am 28. Dezember 2013
Spoiler Warning for the previous books of the series! This is the next to last book in the "Emperor's Edge" series and non of the books is a standalone - all books rely heavily on each other storywise. So besides being totally unable to review the book without spoiling events in the previous books, the book would not make real sense to you, if you have not read about the characters, the world or the story until now. In this case, I advise to not read on, but to start the great series at it's beginning.
Synopsis [by Goodreads.com]
The emperor has been ousted from the throne, his bloodline in question, and war is descending on the capital. Forge, the nefarious business coalition that has been manipulating the political situation from the beginning, has the ultimate weapon at its disposal.
If it was difficult for a small team of outlaws--or, as Amaranthe has decided they should now be called, rebels--to make a difference before, it's a monumental task now. If she's to return idealistic young Sespian to the throne, earn the exoneration she's sought for so long, and help her closest ally win the respect of the son who detests him, she'll have to employ an unprecedented new scheme...preferably without destroying the city--or herself--in the process.
This is the only book in this series, I give less than five stars - because it isn't a book, but part of one. I am torn between being absolutely happy that the last chapter of former law enforcer, now revolutionary, Amaranthe Lockdon and her team was made into two books, because of it's sheer length and feeling the need to write a review just concerning this book. And this book is exactly what it's title says: part one of a story that stretches over two books and that does not have the feel of a wrapped up story.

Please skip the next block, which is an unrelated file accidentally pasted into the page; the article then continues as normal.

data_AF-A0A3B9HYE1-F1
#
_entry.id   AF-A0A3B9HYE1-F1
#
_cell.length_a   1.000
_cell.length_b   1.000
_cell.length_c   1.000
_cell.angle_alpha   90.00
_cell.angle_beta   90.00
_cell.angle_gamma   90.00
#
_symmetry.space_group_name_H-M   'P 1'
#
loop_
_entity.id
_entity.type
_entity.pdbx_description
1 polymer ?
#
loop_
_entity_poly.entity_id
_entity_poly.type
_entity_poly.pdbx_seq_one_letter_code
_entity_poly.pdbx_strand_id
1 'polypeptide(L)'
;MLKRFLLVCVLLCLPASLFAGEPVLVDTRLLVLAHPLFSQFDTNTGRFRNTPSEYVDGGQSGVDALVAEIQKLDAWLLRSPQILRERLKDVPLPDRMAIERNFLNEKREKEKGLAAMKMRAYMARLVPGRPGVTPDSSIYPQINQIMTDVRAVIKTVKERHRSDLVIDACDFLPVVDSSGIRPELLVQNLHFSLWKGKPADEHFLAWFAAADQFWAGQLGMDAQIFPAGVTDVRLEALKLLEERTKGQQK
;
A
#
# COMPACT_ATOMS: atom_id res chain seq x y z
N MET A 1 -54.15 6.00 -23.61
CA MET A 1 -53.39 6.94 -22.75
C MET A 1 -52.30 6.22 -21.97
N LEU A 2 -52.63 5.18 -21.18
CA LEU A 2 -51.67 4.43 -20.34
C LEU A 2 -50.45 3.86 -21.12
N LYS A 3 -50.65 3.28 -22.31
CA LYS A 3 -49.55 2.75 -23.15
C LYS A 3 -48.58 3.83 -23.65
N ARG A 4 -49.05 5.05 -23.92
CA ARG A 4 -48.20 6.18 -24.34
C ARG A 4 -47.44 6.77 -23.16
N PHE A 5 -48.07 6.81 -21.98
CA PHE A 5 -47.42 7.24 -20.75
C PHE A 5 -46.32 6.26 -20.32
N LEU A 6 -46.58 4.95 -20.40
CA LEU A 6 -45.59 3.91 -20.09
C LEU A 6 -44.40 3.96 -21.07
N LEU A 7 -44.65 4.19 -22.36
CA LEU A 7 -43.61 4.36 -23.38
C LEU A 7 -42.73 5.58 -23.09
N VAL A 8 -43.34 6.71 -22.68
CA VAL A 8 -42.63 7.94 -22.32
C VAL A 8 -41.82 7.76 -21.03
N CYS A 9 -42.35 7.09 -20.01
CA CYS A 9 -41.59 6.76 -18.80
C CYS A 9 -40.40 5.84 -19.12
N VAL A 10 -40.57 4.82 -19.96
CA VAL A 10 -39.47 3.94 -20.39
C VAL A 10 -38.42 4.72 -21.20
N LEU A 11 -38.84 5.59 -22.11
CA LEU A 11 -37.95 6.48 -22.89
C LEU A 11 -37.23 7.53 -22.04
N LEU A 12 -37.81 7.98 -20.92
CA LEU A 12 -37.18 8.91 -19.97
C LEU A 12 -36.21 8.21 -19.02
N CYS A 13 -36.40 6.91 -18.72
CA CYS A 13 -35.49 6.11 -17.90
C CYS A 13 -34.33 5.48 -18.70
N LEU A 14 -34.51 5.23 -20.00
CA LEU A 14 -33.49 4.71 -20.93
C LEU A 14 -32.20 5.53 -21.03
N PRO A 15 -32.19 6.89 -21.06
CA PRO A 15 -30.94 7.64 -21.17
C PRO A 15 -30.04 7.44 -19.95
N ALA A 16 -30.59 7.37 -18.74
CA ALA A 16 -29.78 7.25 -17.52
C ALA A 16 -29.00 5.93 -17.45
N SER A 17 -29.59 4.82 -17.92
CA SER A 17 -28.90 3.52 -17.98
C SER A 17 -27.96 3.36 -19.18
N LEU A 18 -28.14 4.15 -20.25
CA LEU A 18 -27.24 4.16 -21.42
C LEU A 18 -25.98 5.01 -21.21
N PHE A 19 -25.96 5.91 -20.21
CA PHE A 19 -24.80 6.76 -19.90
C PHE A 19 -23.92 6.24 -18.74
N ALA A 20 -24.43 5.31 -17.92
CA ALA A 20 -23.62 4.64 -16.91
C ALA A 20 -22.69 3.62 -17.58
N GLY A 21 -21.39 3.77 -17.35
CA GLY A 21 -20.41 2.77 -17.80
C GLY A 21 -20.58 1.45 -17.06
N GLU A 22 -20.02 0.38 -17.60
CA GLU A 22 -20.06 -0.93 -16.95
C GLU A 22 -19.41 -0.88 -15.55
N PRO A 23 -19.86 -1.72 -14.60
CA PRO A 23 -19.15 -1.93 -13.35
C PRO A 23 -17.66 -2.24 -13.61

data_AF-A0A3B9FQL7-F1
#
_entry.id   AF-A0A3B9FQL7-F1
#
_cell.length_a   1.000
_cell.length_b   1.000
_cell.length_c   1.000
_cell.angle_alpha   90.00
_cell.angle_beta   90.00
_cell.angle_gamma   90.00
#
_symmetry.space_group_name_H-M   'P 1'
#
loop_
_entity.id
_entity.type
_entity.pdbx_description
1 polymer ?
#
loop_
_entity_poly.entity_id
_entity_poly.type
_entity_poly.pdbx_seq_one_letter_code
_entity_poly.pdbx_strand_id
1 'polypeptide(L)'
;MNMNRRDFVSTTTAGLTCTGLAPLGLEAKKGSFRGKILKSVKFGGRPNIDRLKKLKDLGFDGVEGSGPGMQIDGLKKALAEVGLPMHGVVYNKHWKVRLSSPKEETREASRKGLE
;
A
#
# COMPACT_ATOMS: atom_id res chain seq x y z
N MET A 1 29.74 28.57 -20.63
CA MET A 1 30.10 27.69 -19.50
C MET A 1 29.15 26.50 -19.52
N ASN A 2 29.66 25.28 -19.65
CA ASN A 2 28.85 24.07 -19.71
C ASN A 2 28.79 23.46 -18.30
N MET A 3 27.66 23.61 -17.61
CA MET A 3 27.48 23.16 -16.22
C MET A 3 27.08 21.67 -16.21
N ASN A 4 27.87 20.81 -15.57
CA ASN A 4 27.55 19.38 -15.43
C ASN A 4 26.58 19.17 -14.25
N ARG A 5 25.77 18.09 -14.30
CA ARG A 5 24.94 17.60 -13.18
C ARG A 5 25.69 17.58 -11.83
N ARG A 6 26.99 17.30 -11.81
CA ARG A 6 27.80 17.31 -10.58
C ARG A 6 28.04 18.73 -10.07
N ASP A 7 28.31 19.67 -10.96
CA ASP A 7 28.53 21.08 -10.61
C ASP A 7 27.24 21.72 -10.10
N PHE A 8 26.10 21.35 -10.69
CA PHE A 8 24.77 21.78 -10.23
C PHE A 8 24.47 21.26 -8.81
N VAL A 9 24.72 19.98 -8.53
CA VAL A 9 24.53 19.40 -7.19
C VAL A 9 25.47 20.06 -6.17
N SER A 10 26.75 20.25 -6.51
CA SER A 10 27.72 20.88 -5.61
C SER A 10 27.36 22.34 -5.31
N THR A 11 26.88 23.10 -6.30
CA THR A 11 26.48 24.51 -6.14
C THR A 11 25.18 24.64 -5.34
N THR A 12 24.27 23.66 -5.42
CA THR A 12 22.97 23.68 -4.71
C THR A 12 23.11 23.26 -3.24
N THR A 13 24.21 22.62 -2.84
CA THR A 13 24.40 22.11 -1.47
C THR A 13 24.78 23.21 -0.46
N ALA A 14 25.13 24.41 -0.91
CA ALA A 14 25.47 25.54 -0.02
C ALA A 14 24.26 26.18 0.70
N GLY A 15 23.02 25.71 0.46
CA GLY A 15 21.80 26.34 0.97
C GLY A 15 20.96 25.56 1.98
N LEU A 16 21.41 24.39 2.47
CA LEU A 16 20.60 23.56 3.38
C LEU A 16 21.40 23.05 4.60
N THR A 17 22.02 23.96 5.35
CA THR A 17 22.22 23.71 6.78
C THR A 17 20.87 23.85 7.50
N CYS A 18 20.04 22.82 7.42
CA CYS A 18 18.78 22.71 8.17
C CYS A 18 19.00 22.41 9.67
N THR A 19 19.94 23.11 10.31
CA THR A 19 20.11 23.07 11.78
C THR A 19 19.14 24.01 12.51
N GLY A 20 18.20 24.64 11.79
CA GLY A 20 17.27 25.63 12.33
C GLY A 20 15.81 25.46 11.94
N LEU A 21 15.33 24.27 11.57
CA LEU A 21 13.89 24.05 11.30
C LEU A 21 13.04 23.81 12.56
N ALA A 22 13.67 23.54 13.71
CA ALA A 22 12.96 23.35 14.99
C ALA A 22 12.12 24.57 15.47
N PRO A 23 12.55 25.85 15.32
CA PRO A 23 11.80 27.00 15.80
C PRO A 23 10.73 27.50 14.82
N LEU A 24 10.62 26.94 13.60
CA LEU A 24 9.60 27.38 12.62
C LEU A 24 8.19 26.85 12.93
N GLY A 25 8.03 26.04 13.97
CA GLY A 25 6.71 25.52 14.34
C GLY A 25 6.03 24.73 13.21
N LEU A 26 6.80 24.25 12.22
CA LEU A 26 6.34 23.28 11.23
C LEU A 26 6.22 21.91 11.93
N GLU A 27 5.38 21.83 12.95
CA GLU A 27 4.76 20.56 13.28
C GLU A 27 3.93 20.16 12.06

So I totally recommend, not to start this book, without having part two at the ready, because - and that did really annoy me - it ends on a cliffhanger worse than Amaranthe having been captured by Forge in a previous book. I could only live with it, because I laid one book down and continued straight with the next one.
But, having complained enough, there is no way to deny the brilliance of the story! As in the other books, the main character, Amaranthe Lockdon, shares her 3rd person POV with another character and this time, this is Sicarius, the assassin and the former Emperor's real father. Although I don't know, if it is jusitified to still call only Amaranthe the main character, since in the course of this series and by means of the changing POV, we've gotten to know all of the other members of the crew really well and I feel like I know them and all of each's personality traits that show in everything they say and do.
But being with Sicarius is even more rewarding than being with the others was, because since he has his features so well in check and the others around him cannot but wonder what he is thinking, one really could just guess for five long books. And again, Lindsay Buroker did so well by not making his thoughts different from what we saw of him previsously, but to just explain how much he was raised to be an Assassin only and not having many contacts to teach him, how to interact with people. At times, I felt pity for him, when he struggles to understand what seems to be clear for all around him and even more, when he tries and fails to get in conctact with the son that despises him for being what he is.